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Recommendation 6.1

In adult patients hospitalized for non-critical illness who are receiving enteral nutrition with diabetes-specific and non-specific formulations, we suggest using NPH-based or basal bolus regimens. (Very Low, 2 – Conditional recommendation for or against)
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Recommendation 7.1

In most adult patients with hyperglycemia (with or without known type 2 diabetes [T2D]) hospitalized for a non-critical illness, we suggest that scheduled insulin therapy be used instead of non-insulin therapies for glycemic management. (Low, 2 – Conditional recommendation for or against)
Remarks:
  • Dipeptidyl peptidase-4 inhibitors (DPP4is) may be appropriate in select patients with T2D (see Recommendation 7.2), including those with established non-insulin–requiring diabetes nearing hospital discharge.
  • It may be reasonable to begin other non-insulin therapies in stable patients prior to discharge as a part of a coordinated transition plan.
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Recommendation 7.2

In select adult patients with mild hyperglycemia and T2D hospitalized for a non-critical illness, we suggest using either DPP4i with correction insulin or scheduled insulin therapy. (Low, 2 – Conditional recommendation for or against)
Remarks:
  • Select patients include those with T2D that is moderately well-managed as reflected by a recent HbA1c <7.5% (9.4 mmol/L); BG <180 mg/dL (10 mmol/L); and, if on insulin therapy before hospitalization, to have a total daily insulin dose <0.6 units/kg/day; this recommendation applies both to patients taking the DPP4i before admission and those who are not.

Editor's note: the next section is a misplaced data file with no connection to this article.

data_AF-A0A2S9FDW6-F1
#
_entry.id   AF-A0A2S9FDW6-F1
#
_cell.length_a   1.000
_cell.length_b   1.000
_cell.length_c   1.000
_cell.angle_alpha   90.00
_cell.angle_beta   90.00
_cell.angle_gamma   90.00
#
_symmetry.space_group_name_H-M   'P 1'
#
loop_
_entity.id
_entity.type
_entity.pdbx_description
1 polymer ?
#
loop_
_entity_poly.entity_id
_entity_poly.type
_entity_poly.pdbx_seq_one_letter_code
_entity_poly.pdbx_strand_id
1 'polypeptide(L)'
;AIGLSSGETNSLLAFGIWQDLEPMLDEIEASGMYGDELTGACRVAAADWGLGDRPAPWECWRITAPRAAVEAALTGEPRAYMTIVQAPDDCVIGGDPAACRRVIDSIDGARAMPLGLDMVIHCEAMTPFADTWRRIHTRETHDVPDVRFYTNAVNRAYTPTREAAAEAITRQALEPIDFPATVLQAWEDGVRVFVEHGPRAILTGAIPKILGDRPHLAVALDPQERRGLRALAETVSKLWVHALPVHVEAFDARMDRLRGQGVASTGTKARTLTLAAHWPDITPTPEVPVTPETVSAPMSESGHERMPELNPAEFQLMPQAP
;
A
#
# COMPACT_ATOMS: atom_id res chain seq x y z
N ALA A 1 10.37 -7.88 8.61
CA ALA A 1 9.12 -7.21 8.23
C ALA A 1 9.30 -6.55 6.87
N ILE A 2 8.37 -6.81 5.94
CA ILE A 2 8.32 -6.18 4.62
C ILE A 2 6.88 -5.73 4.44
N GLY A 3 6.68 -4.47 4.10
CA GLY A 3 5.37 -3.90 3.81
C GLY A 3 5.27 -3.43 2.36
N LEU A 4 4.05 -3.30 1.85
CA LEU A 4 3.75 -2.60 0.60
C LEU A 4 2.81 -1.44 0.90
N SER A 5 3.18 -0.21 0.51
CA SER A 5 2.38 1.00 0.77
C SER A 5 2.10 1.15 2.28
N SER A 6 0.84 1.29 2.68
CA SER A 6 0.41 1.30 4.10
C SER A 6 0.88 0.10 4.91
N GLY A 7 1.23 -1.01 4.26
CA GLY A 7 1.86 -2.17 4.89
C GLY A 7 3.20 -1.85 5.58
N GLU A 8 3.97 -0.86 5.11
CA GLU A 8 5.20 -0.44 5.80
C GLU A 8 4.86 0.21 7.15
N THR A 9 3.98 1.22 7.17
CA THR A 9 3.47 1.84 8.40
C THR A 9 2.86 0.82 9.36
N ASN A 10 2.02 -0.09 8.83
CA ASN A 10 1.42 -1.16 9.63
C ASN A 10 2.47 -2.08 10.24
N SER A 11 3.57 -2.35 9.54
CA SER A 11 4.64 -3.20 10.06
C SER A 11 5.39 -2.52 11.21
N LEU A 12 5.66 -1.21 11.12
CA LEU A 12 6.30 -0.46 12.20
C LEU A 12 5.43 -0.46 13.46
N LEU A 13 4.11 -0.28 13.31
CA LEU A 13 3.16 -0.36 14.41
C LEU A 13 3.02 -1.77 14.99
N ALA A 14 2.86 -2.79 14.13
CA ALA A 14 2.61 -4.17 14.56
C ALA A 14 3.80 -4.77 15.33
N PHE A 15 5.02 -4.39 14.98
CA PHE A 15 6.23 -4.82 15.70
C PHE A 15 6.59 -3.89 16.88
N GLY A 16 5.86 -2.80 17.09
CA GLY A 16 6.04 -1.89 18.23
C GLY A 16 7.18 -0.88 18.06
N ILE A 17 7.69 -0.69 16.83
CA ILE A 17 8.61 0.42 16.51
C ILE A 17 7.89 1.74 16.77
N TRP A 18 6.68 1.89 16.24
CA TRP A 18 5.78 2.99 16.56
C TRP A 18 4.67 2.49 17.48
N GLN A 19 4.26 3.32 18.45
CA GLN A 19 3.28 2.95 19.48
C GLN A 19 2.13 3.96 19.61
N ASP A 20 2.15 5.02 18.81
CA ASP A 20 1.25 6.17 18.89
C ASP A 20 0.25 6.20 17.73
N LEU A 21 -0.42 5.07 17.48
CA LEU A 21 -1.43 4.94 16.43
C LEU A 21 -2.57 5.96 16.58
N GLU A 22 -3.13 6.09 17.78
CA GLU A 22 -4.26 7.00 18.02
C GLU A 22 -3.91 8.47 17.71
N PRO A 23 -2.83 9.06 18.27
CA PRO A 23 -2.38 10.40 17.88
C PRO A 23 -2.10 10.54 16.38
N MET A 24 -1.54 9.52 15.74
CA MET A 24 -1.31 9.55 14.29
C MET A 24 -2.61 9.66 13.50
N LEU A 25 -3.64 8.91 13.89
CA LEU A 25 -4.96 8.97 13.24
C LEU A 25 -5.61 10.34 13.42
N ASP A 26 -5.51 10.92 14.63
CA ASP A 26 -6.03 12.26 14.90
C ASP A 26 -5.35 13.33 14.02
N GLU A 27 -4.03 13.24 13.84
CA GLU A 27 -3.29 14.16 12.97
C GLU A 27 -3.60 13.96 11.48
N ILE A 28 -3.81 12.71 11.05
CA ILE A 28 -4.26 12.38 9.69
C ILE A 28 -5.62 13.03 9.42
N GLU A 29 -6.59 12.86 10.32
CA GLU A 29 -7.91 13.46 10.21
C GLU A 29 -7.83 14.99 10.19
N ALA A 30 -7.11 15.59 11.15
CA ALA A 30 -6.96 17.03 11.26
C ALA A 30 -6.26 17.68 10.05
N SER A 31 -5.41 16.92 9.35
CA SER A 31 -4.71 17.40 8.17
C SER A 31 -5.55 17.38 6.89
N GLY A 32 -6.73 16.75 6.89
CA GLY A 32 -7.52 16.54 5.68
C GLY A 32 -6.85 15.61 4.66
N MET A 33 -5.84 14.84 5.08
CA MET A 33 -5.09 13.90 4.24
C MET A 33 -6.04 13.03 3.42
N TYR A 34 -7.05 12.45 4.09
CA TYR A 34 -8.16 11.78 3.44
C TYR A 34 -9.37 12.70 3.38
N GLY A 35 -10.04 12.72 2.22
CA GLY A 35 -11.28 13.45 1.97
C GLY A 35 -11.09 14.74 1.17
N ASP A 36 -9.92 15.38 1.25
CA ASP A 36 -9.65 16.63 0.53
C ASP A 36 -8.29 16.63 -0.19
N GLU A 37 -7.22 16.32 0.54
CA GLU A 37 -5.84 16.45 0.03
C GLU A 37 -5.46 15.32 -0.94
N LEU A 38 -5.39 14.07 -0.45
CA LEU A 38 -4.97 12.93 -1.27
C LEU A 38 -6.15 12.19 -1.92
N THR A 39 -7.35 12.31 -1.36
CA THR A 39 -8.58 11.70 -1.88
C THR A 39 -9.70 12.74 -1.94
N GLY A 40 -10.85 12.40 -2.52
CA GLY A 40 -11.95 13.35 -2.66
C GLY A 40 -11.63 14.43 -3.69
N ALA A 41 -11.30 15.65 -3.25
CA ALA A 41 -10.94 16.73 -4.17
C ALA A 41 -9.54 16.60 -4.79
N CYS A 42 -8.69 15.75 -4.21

• Patients who develop persistently elevated BG (e.g., >180 mg/dL [10 mmol/L]) on DPP4i therapy should be managed with scheduled insulin therapy; this recommendation does not apply to patients with T1D or other forms of insulin-dependent diabetes.
  • As with all new therapies started in the hospital, a discussion with the patient about cost and overall acceptability is suggested if there are plans to continue the medication after discharge.
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Recommendation 8.1

In adult patients with type 1 diabetes (T1D), T2D, and other forms of diabetes undergoing surgical procedures, we suggest not administering CHO-containing oral fluids preoperatively. (Very Low, 2 – Conditional recommendation for or against)
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Recommendation 9.1

In adult patients with non-insulin treated T2D hospitalized for non-critical illness who require prandial insulin therapy, we suggest not CC for calculating prandial insulin doses. (Very Low, 2 – Conditional recommendation for or against)
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Recommendation 9.2

In adult patients with T1D, insulin-treated T2D hospitalized for non-critical illness, we suggest either CC or no CC with fixed prandial insulin dosing. (Very Low, 2 – Conditional recommendation for or against)
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Recommendations 9.1 and 9.2

Remarks:
  • Patients who perform CC in the outpatient setting, including those with insulin-treated T2D, may prefer to continue this method of calculating prandial insulin doses during hospitalization. An insulin to carbohydrate ratio (ICR) is used to calculate the prandial dose of insulin when using CC.
  • A policy to guide CC for calculating prandial insulin dosing in the hospital is necessary for safe implementation, as is expertise from a health care professional knowledgeable in diabetes management.